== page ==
Me smiling my way into a little tittibasana with my sweetheart guiding me! She’s wearing a romper her Nonna gave her and I’m in my favorite Hyde bottoms and my most comfy old tank, it’s threadbare and I love it! Photo by YuJean Park

 

ALTERED SPACE // What We Eat

Most of the time I prefer to eat at home. I like the experience of going out to restaurants, and communing over a meal with a big group of friends or catching up with someone I haven’t seen for awhile over lunch, but I’m always left wondering about the quality of the ingredients and the way what I ate was cooked. When you cook, you’re putting your Shakti (primordial energy) into the food you make and whoever eats it, is also integrating that energy. So it’s really important to get yourself into a good mood before you start cooking! You can also say mantras while you prepare meals, think loving and peaceful thoughts, and stay relaxed by being aware of your breath. According to Ayurveda, the highest level of nourishment is achieved when you also take such environmental factors into consideration when you eat. Here are some helpful tips to bring more awareness into your regular eating routine:

1. Eat in a quiet, calm environment, 2. Eat only when you are hungry, 3. Do not eat when you are upset, 4. Eat at a comfortable pace, 5. Don’t overeat; leave 1/4 to 1/3 of your stomach empty to aid digestion, 6. Eat freshly prepared foods, 7. Eat what is in season and local.

This week I had a really profound conversation with a friend about how the most important thing is that we have a good, healthy relationship with food. So many people are chasing the “ideal weight” or trying another weight loss fad, and end up sacrificing not only nutrition, but the sheer joy of delicious food! During the following week, I encourage you to take a few extra moments when you eat to really taste and appreciate the food you are blessed with, and if you feel old Samskaras (patterns) of emotions like guilt or shame arising, allow them to subside by taking a breath and becoming more present in the moment. After all, as Hafiz said, it’s a gift!

Impressive Beet Risotto

Ingredients: 1/2 stick unsalted butter OR 4 tablespoons of EVOO, 1 jalepeno, 1 small yellow onion, 3-5 small to medium beets, 1/4 cup Parmesean cheese, 4 cups warm water, 2 cups Arborio rice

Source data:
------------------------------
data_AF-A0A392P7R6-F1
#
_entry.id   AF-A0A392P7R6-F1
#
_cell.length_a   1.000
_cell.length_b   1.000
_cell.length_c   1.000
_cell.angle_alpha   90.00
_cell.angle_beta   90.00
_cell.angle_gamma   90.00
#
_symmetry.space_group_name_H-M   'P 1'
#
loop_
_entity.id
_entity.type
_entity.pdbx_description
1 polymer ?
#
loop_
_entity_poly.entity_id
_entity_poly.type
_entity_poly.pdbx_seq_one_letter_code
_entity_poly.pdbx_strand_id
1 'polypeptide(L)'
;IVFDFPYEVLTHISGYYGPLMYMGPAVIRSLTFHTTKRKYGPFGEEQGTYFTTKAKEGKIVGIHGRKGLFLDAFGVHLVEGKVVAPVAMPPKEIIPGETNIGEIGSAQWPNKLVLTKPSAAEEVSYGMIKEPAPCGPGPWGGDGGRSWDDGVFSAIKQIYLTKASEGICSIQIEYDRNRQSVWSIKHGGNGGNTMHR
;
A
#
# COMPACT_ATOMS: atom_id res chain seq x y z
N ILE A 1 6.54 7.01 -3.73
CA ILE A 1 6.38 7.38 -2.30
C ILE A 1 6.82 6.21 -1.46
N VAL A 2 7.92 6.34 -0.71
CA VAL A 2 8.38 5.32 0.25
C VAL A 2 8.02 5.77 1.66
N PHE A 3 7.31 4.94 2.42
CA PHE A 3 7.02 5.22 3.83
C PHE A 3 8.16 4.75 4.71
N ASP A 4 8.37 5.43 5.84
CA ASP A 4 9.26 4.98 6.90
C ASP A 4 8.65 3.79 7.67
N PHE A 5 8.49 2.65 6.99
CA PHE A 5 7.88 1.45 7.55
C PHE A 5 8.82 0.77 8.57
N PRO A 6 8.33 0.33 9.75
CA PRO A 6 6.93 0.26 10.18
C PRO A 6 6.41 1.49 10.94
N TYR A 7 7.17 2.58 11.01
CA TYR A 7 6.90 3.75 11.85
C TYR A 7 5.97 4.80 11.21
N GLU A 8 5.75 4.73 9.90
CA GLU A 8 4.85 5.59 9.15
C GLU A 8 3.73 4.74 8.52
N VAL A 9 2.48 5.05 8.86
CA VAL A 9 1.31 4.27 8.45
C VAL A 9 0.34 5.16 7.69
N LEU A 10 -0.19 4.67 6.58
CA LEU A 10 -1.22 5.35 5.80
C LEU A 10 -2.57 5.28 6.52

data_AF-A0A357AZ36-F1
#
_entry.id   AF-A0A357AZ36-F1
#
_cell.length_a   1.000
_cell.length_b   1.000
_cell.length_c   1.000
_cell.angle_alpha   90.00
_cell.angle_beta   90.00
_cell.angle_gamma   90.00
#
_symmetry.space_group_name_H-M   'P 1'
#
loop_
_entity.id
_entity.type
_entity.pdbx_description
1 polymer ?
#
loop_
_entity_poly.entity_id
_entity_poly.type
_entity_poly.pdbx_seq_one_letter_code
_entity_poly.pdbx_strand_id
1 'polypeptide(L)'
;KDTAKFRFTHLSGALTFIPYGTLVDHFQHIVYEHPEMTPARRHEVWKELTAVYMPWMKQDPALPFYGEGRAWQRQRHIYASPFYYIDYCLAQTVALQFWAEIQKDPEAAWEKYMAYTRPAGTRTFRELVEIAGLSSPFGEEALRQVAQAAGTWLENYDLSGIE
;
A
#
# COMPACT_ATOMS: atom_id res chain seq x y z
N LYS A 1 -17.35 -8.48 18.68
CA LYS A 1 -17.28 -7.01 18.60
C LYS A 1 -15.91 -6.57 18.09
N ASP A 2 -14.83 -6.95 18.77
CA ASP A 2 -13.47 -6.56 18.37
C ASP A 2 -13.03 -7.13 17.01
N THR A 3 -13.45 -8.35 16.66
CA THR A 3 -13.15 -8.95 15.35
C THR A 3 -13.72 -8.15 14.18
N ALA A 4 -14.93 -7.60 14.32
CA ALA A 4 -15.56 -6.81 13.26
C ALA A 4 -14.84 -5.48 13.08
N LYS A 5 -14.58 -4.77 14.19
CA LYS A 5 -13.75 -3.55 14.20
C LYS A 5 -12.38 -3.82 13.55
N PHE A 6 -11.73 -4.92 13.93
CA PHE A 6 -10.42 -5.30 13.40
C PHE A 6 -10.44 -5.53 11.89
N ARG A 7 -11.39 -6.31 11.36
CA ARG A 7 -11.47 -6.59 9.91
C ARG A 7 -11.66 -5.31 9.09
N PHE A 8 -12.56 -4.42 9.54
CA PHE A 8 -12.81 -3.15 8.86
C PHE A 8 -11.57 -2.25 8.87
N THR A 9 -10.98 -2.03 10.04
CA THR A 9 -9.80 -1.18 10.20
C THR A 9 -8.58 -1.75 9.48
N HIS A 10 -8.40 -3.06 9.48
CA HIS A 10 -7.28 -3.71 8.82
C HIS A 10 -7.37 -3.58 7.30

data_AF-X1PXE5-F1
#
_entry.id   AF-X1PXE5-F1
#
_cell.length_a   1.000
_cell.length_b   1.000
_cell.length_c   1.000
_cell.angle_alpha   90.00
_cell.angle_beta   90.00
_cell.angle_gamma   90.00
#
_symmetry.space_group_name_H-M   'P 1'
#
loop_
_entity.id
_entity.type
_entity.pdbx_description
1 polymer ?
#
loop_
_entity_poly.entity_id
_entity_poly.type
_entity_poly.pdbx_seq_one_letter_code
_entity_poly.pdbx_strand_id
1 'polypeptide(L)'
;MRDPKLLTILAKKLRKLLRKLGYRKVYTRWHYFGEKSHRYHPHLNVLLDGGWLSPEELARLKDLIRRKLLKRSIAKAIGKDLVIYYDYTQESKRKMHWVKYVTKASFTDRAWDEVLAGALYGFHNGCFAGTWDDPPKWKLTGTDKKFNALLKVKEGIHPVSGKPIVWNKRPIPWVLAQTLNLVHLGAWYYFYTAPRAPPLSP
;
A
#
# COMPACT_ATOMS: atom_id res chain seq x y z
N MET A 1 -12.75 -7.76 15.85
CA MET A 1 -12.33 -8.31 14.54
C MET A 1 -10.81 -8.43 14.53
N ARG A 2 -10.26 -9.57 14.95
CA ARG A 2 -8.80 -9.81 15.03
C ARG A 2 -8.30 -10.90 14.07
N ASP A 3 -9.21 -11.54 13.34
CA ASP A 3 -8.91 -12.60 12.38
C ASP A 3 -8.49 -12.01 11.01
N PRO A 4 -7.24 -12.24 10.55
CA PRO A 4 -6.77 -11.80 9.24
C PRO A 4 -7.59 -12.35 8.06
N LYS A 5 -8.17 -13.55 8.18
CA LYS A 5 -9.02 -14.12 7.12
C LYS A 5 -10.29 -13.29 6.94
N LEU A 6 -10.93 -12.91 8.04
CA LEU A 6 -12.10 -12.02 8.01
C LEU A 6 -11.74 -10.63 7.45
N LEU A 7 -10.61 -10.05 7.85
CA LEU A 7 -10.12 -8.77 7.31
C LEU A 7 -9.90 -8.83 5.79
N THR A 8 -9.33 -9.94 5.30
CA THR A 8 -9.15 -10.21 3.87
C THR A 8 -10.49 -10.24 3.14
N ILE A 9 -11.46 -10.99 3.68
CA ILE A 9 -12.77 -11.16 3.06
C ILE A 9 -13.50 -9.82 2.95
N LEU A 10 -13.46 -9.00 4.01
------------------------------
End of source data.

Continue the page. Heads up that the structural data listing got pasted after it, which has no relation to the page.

Preparation:

1. Dice onion and jalepeno and sautee on medium/high heat on the stove until coated and soft (in your oil or butter) in a big pan or wok. Stir gently as it cooks, 3-5 minutes.

2. Dice beets and stir them in. Mix completely and slowly add in the rice as you continue mixing. Get the rice all coated in the mixture.

3. Slowly add in water about a 1/2 cup at a time. Stir until absorbed and only then add more. It’s going to increase in volume a lot! Take your time and enjoy this part.

4. After you have mixed all the water in, turn down the heat to medium/low and cover it up. Cook covered until rice is tender, about 8-10 minutes.

5. Lift lid and stir in the grated Parmesean cheese, salt and pepper to taste, and enjoy!

*If you use red beets, this dish looks BEAUTIFUL on a plate! Bright, vibrant red offsets pretty much anything else you plate up next to it, or if served solo, this risotto is plenty filling and looks nice with a little sprig of greens in the middle of the bowl.

*If you use golden beets, no one will guess it’s BEET risotto! Astound your friends and surprise your kids…and husband…by letting them know afterward!

If you get a beet the size of your baby's head, you'll only need one!

If you get a beet the size of your baby’s head, you’ll only need one!

This yields 6-8 moderate portions or 4-6 big portions.

OM,

Diana

ALTERED SPACE // QUICK QUESTION!

My friend Cindi is one of the coolest people ever. If you know her and agree, shout a little “Jai Ma!” right now — she’ll get the message. She’s just that tuned in! Cindi is the guardian of the most amazing temple. It’s called RUKA (www.ruka.com) and there’s a door to it on 19th between Chestnut and Sansom Streets in Philly, but RUKA really exists in all the homes, businesses, offices, yoga studios, and on all the altars that have been blessed by one of the treasures gotten by stepping through that door.

Cindi

Cindi finds a treasure!

Cindi travels the world to hand select the beautiful murtis, textiles, decor, and jewelry offered at RUKA. She even leads tours of India and Thailand for those who want a personal peek behind the veil of these exotic lands! When I had the chance to ask her a “Quick Question” to share here, I wanted to dig a little bit into her travel secrets.

QUICK QUESTION FOR YOU… When you travel, what things from home do you bring along that you just can’t be without?

“My amulets! On my travel journal I have a holographic OM sticker, on my backpack, my bag, my phone, my passport, my wallet – well, practically everything else – I have 3D stickerts of the Turkish God’s Eye Amulet (all infused with mantra, thoughts, and intentions of protection)!

My gold and silver Nepali Ganesha box pendant on a gold chain grace my neck, and on a longer sacred thread I have my Tibetan coral charms with 100 year old silver temple amulets – A circular one with the warrior goddess and a house shaped one with the feet of Shiva. Around my left wrist I have a sai sin – the white, un-spun thread blessed by the Buddhist Monks in Thailand, which I received on my last journey to Thailand earlier this year. I look forward to being blessed with a new one when I arrive in Thailand in early 2014!

As I move around throughout my day, on the other side of the world, I look at my amulets and I breathe deeper with inspiration that I am always safe and always home.”

Cindi also does beautiful Mendhi, henna designs that are beyond compare. She has covered practically my whole body over the years between doing the designs for my wedding and a pregnancy design and even a beautiful one for an anniversary. You can see some of the wedding Mendhi she did in the photo below! If you are interested in traveling with an experienced, fun, and thoughtful guide, Click Here — adventure awaits!

A Mendhi Heart with the groom's name hidden in the design!

A Mendhi Heart with the groom’s name hidden in the design!

  • Find out first about our special offers and events!

    Every month Dhyana Yoga offers a sale, discount, or freebie -- don't miss out! Email us at dhyana.staff@gmail.com to start getting our newsletters.